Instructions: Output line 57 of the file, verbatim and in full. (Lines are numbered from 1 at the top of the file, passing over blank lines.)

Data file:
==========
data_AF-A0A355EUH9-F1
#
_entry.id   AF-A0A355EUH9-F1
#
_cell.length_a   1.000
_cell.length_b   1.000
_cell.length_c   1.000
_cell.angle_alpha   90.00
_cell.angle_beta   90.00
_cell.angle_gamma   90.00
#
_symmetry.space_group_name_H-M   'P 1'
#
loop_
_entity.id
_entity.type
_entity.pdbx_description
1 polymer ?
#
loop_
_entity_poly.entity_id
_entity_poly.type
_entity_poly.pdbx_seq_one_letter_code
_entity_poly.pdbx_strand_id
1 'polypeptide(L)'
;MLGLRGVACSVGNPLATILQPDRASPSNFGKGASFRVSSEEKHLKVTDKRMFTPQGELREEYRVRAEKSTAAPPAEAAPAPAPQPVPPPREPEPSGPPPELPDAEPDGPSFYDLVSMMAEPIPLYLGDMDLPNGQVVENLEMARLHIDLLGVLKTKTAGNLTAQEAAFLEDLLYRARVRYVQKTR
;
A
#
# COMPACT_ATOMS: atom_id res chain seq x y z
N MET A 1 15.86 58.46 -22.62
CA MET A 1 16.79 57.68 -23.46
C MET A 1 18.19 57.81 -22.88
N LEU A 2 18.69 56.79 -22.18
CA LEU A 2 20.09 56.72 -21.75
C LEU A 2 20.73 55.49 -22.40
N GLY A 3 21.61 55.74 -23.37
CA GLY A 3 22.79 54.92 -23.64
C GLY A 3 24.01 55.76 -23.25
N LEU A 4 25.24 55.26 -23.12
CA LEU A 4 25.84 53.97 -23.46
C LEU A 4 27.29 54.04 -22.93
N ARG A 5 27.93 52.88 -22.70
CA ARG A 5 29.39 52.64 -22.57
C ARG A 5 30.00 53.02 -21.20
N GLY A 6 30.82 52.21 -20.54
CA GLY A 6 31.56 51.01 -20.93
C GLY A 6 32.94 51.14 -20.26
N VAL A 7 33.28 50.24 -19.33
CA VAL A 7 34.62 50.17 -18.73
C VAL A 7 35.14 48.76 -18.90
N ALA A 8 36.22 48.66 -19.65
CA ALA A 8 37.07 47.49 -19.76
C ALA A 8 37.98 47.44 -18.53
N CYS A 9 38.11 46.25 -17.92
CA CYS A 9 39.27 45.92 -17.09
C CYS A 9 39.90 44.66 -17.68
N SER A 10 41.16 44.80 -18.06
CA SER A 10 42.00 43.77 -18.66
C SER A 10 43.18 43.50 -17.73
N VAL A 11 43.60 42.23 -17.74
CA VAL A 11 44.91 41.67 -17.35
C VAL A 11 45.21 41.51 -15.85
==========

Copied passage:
C CYS A 9 39.90 44.66 -17.68